Albums

Anything Goes (Studio Cast Recording 1950)

Anything Goes (Studio Cast Recording 1950)

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Synopsis

Anything Goes belies the saying that sooner or later – sooner rather than later – musicals go to a deep, undisturbed rest in Cain’s Warehouse.

This ripsnorting musical comedy roared into a Broadway theatre late in November of 1934, and ever since that time memories of it or revivals of it either in the theatre or on the screen or radio have been giving infinite delight to a multitude of grateful people.

Anything Goes, to be sure, had more to recommend it than most. It had a supremely comic plot conceived and worked on by such illustrious names as Guy Bolton, P.G. Wodehouse, Howard Lindsay, and Russel Crouse. Originally, the plot by the Messrs. Bolton and Wodehouse was concerned with a shipwreck – a comic one, at sea. But just before Anything Goes went into production, the tragic Morro Castle disaster occurred at sea and obviously the original story had to be abandoned. Howard Lindsay and Russel Crouse were called in. In a short time the authors came up with a plot involving an urbane young man stowing away aboard a luxury Atlantic liner, America’s Public Enemy No. 13, and a hearty young lady named Reno Sweeney.

Best of all, of course, Anything Goes had top-drawer, smooth, almost unbelievably literate lyrics and music by Cole Porter, who had penned them, so the story went, while skimming down a European river aboard his own private yacht.

Critics, as well as everyone else who heard them, acclaimed the songs and the words as the best Mr. Porter had done to date – a magnificently perceptive judgment, obviously, as the melodies and the lyrics have bounded down the years without a sign of age.

Here are the wonderful songs – “You’re the Top,” “I Get a Kick Out of You,” “All Through the Night,” “Anything Goes,” and “Blow, Gabriel, Blow,” sung precisely as they should be with relish and fine romantic feeling and intimacy by America’s greatest musical comedy star, Mary Martin, companioned by a chorus (which goes off on its own in the delightful “There’ll Always Be a Lady Fair”) and orchestra under the knowing direction of Lehman Engel, all expertly produced by Goddard Lieberson.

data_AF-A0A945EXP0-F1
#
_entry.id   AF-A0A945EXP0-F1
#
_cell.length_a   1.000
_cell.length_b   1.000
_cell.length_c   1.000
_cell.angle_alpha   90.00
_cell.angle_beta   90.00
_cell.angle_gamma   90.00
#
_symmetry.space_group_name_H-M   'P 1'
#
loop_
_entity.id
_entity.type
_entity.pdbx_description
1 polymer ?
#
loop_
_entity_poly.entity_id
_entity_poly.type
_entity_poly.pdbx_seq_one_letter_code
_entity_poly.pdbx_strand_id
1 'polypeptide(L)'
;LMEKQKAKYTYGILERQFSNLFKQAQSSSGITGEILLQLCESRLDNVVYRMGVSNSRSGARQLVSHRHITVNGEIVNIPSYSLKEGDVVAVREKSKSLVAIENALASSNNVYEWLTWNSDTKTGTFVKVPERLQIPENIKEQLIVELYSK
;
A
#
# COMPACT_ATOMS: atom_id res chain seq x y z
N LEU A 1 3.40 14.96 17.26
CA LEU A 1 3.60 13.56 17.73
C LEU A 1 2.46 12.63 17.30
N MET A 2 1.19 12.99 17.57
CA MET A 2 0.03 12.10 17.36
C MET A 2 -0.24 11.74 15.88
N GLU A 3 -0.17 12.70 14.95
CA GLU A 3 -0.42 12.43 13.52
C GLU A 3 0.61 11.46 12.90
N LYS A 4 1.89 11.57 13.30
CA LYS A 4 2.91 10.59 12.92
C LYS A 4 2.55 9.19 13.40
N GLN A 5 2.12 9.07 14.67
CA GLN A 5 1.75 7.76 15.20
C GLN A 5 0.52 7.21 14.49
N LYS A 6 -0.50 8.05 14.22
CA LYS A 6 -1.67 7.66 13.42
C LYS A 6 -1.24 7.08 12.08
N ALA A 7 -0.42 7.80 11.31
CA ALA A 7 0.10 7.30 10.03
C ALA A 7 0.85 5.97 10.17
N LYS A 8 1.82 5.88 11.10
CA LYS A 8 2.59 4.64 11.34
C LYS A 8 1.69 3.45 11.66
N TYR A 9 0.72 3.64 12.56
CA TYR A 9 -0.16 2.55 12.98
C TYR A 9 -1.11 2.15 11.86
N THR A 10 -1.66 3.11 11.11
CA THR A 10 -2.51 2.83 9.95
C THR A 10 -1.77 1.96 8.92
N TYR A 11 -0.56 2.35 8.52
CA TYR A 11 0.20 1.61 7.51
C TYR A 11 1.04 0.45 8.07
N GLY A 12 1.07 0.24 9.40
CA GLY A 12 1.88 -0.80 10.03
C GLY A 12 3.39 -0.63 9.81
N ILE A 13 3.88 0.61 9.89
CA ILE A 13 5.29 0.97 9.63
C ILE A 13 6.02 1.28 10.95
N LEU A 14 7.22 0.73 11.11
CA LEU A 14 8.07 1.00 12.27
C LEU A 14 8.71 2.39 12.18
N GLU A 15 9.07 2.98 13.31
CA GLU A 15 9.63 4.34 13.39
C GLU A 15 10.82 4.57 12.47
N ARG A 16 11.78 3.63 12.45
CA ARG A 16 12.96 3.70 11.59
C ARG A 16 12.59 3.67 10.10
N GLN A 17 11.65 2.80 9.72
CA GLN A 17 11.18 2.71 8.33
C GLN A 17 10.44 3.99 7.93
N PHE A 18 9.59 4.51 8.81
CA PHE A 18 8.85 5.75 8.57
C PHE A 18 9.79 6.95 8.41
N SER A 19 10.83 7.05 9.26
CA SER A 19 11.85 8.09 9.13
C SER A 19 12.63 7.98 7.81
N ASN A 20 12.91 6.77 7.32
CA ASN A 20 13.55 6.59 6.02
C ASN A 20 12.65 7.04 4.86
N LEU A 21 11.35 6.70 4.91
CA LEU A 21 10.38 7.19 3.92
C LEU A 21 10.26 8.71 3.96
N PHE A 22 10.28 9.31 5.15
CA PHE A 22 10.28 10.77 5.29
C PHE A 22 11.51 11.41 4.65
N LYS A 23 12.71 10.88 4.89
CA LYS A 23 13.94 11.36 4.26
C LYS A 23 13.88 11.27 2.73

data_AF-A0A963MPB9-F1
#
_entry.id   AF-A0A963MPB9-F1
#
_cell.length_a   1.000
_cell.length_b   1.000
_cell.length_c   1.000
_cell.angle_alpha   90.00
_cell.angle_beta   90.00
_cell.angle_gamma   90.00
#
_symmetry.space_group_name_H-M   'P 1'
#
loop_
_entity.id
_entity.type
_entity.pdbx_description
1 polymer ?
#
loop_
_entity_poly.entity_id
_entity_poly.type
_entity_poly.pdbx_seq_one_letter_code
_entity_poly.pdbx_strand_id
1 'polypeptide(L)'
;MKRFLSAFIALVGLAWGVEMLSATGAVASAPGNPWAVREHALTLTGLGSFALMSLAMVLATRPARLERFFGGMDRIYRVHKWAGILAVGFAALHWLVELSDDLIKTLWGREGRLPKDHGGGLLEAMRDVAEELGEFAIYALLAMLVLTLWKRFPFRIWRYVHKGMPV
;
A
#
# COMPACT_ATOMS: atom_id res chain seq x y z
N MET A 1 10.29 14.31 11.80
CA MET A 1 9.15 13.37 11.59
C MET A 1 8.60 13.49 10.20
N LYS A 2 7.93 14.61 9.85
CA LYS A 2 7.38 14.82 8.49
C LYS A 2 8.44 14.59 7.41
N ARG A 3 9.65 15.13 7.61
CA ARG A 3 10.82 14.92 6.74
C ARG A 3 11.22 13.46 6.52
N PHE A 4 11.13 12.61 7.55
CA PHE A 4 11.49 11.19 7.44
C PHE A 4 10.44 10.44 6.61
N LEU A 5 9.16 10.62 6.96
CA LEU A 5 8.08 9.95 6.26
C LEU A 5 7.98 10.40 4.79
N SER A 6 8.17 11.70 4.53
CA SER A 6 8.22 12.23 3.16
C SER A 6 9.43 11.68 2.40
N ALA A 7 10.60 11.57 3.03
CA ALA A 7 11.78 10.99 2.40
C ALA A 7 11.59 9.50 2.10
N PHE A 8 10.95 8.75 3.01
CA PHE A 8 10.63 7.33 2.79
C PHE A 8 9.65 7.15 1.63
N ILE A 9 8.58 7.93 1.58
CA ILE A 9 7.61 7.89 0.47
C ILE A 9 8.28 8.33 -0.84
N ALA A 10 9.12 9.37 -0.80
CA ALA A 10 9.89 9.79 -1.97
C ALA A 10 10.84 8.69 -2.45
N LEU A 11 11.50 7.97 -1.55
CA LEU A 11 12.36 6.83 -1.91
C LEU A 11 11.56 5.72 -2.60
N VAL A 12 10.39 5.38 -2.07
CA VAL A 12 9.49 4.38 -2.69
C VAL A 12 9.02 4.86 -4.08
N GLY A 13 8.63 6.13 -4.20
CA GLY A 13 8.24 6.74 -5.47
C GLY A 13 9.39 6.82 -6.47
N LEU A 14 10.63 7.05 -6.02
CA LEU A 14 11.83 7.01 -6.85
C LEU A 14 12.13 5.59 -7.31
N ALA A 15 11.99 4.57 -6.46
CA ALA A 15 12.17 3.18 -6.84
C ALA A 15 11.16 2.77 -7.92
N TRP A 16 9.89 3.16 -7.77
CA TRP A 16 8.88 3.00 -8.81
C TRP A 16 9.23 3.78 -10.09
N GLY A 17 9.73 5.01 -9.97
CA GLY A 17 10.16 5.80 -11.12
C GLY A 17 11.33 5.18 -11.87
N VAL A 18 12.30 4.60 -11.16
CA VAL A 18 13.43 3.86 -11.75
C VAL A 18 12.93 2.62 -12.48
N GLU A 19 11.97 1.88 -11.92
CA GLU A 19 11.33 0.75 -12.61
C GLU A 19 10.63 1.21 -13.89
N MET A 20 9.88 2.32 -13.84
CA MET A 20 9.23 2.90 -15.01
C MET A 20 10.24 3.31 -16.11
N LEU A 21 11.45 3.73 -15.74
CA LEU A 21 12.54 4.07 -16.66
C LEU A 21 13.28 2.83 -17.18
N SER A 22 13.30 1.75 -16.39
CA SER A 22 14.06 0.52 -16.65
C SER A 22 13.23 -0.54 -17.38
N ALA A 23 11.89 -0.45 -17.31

Of Mary Martin and her singing of these songs it hardly seems necessary to say anything more except that here she is at her incomparable best. The American public has been familiar with and has loved that radiant style of hers ever since the young lady from Texas sang “My Heart Belongs to Daddy” in Leave It to Me. Since that happy occurrence Miss Martin has starred, with ever-increasing success, in One Touch of Venus, Lute Song, the national company of Annie Get Your Gun, and more recently in South Pacific, giving a performance in this great musical that forever establishes her as one of the first ladies of the American theatre.

– taken from the original liner notes, 1950

Credits

Mary Martin

Tracks 1–8 Music and Lyrics by Cole Porter
Tracks 9–18 Music by Arthur Schwartz, Lyrics by Howard Dietz
Chorus and Orchestra conducted by Lehman Engel
Orchestrations by Ted Royal
Produced by Goddard Lieberson

Track 19 sung by Mary Martin and Larry Hagman; Music and Lyrics by Irving Berlin; Orchestra under the direction of Mitch Miller, recorded 12/1/1950

Tracks 1–18 originally released as Columbia Masterworks LPs ML 2159 and ML 2160 in 1950, subsequently released as Columbia Masterworks LP ML 4751 in 1953
Track 19 originally released on Columbia single record 39115 in 1951